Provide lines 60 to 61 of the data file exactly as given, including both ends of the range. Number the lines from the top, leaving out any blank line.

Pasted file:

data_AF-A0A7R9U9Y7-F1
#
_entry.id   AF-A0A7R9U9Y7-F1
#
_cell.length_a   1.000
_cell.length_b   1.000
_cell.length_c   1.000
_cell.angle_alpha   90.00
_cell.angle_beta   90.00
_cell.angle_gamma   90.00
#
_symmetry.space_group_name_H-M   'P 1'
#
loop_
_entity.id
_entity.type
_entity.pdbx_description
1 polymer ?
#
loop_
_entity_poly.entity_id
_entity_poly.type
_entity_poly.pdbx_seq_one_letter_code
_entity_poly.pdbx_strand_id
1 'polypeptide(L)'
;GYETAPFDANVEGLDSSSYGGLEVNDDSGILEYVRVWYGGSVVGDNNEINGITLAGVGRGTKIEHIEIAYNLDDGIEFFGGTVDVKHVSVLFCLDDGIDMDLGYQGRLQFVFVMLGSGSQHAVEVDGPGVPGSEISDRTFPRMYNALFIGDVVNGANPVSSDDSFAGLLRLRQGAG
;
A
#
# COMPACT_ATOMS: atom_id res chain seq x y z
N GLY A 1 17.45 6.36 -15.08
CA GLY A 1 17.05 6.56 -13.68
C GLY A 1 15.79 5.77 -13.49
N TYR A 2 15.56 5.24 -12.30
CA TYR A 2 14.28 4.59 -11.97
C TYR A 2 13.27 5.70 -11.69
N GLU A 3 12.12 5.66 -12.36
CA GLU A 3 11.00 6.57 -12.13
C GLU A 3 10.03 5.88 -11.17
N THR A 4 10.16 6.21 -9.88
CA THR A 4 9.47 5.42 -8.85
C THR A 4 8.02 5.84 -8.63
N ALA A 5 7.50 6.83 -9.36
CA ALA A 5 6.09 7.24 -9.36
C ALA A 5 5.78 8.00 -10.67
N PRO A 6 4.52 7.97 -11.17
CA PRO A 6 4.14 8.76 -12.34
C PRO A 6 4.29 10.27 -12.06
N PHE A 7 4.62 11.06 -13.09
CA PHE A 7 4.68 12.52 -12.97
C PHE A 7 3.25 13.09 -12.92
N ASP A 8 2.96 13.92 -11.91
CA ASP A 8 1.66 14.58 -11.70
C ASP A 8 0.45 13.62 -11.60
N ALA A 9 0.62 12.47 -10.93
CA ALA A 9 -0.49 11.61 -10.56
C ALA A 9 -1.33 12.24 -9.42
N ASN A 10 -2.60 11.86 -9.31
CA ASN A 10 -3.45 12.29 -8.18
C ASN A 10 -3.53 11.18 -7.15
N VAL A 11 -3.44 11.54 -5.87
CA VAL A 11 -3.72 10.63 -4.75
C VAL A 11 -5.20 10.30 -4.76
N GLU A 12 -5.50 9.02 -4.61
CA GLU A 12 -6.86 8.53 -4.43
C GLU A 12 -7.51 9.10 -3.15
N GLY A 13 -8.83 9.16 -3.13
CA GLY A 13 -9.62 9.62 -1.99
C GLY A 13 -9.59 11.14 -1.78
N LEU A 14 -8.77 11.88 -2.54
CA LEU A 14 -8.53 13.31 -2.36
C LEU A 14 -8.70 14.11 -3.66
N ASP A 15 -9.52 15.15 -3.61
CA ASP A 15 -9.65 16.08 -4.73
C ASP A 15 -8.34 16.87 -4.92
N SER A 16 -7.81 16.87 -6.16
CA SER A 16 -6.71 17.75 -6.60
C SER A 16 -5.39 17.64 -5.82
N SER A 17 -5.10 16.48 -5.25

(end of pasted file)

C ASN A 10 -3.53 11.18 -7.15
N VAL A 11 -3.44 11.54 -5.87